Banks may believe they can provide the best mobile wallet experience — but most have done very little to create their own product.

"Banks in the U.S. think they should be the center of the universe for all financial services," says Arkady Fridman, a senior analyst at the Aite Group.  But the "watching and waiting" approach might be detrimental to banks.

"At least in the U.S. [banks] need to make sure that they do not miss capitalization opportunities from owning the funding instrument," he says.

In the next six to 12 months, just 43% of bankers surveyed for Finextra's Monetizing Payments whitepaper said they would deploy a mobile wallet. Yet, 60% said traditional financial institutions are the natural home for a mobile wallet. The survey was conducted with 183 bankers worldwide.

While small and medium-sized financial institutions might want to tread carefully, the big banks should experiment, Fridman says.

And many big players are doing just that.

Wells Fargo is working on a variety of mobile payment projects, says Mike Kennedy, executive vice president of innovation and payments strategy at Wells Fargo.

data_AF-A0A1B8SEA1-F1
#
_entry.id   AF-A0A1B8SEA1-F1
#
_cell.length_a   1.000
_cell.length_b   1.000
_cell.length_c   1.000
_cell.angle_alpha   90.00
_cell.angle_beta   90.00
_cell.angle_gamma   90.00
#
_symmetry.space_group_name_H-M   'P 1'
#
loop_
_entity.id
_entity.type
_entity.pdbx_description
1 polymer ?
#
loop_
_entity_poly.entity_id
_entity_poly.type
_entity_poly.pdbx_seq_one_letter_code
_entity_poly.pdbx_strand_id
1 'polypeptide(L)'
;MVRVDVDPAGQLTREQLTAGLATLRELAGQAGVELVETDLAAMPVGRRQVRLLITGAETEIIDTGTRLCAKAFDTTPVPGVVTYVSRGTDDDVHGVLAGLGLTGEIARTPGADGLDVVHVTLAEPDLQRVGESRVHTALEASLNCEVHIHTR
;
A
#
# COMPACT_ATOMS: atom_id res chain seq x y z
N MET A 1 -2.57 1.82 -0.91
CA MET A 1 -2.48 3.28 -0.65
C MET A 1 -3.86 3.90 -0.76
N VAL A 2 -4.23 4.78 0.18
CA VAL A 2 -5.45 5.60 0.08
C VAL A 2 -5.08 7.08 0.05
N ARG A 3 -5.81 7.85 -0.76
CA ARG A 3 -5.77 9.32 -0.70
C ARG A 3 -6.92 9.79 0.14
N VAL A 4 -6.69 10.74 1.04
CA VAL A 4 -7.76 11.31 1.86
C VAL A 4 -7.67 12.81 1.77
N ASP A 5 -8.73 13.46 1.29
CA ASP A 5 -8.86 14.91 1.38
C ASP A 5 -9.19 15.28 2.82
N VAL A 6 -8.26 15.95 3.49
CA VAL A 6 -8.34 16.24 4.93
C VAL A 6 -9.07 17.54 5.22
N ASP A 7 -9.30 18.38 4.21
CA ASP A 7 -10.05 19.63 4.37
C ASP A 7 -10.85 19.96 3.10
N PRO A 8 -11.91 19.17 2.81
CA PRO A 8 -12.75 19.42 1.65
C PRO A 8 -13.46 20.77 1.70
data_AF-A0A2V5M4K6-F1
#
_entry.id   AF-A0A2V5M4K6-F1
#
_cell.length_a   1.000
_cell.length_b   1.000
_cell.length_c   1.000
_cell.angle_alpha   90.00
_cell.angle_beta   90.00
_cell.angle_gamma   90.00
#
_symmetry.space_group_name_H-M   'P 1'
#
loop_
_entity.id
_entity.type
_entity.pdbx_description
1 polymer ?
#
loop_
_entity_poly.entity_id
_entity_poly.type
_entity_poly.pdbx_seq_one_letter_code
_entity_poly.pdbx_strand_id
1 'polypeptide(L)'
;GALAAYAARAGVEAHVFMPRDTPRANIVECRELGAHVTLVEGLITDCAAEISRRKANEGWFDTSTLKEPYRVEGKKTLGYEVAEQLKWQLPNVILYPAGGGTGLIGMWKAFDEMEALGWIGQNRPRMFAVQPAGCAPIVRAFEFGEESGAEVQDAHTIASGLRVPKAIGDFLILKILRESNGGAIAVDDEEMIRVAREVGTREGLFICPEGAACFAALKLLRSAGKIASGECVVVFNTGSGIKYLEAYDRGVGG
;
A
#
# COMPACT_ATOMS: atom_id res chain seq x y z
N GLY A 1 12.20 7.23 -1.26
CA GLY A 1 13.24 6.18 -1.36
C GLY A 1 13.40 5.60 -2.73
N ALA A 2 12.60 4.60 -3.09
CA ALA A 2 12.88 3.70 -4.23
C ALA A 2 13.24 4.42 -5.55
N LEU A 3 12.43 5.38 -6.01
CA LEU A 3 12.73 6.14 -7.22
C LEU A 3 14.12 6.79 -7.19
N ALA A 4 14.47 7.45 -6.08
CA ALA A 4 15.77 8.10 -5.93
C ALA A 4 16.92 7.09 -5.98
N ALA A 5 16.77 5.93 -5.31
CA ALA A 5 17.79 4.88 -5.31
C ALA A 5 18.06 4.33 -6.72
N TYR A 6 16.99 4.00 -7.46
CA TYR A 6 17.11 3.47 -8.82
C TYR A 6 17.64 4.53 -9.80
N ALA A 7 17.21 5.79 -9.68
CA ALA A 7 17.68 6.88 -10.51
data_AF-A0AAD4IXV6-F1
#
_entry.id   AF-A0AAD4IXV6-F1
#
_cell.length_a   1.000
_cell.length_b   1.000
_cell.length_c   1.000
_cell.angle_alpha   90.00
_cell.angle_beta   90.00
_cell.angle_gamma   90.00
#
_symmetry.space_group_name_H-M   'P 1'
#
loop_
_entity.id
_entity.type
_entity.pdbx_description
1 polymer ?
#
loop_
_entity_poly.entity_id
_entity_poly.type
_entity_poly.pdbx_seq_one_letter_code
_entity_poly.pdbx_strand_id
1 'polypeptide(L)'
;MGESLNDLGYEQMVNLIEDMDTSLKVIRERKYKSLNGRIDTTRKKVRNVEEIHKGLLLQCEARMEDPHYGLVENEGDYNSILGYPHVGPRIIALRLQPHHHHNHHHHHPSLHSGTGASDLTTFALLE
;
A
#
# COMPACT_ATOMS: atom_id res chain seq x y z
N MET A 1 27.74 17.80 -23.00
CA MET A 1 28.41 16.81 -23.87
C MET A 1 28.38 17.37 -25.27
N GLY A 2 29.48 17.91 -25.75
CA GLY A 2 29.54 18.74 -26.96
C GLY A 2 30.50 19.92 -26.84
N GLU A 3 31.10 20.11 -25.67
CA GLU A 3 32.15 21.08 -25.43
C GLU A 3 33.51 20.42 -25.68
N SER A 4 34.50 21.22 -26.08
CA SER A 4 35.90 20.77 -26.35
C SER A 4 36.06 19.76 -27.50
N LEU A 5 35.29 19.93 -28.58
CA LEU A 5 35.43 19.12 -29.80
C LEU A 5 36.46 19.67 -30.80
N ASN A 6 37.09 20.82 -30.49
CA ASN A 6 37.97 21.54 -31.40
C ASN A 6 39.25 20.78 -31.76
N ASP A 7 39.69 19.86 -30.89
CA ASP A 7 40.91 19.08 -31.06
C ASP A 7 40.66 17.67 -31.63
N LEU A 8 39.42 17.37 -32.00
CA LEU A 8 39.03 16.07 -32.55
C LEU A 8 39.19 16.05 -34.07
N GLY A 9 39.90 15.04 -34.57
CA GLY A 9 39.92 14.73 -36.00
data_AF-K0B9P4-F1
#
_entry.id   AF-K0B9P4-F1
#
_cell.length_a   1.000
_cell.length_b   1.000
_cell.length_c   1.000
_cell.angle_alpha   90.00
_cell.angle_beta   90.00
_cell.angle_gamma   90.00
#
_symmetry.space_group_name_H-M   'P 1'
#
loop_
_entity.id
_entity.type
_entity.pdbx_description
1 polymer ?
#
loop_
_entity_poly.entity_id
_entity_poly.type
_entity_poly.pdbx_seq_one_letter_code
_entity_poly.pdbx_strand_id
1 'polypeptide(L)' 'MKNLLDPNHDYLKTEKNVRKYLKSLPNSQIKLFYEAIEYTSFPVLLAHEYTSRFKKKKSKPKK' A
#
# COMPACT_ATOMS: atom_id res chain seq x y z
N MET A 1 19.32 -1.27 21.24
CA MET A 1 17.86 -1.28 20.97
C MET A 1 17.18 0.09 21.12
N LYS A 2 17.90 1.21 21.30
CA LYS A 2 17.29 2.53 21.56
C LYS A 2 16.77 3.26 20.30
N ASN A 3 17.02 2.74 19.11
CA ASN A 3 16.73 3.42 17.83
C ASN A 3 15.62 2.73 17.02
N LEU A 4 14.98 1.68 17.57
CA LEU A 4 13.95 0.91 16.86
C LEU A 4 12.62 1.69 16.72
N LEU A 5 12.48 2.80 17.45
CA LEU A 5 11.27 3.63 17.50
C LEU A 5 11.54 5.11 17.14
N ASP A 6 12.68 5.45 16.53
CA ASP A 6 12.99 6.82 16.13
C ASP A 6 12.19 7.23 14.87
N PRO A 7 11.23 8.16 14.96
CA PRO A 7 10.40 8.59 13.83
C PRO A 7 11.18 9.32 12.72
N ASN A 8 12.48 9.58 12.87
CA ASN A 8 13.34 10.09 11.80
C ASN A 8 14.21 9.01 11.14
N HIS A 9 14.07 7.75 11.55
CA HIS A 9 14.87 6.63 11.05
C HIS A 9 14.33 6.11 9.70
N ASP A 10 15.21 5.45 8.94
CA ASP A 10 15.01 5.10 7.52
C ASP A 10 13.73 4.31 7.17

"Customers are increasingly interested in mobile wallets," Kennedy says.

The bank is looking at different technologies that perform wallet functions, not solely focusing on storing card credentials in the mobile device, which comes with security trade-offs, he says.

"We want to help [customers] improve their commerce experience," Kennedy says. Mobile wallets "are not just about the payments…but really have to solve for the commerce experience."

Bank of America, which has a large experimental lab, has done several mobile wallet pilots. "We continue to look for new ways to help our customers utilize their mobile device" for financial services, says Tara Burke, a spokeswoman for B of A.

Bank of America has used QR codes for payment at the point of sale and at teller lines (Burke would not provide an update on this product). The company also offers its own mobile card reader, called Mobile Pay on Demand, through its Bank of America Merchant Services joint venture with First Data.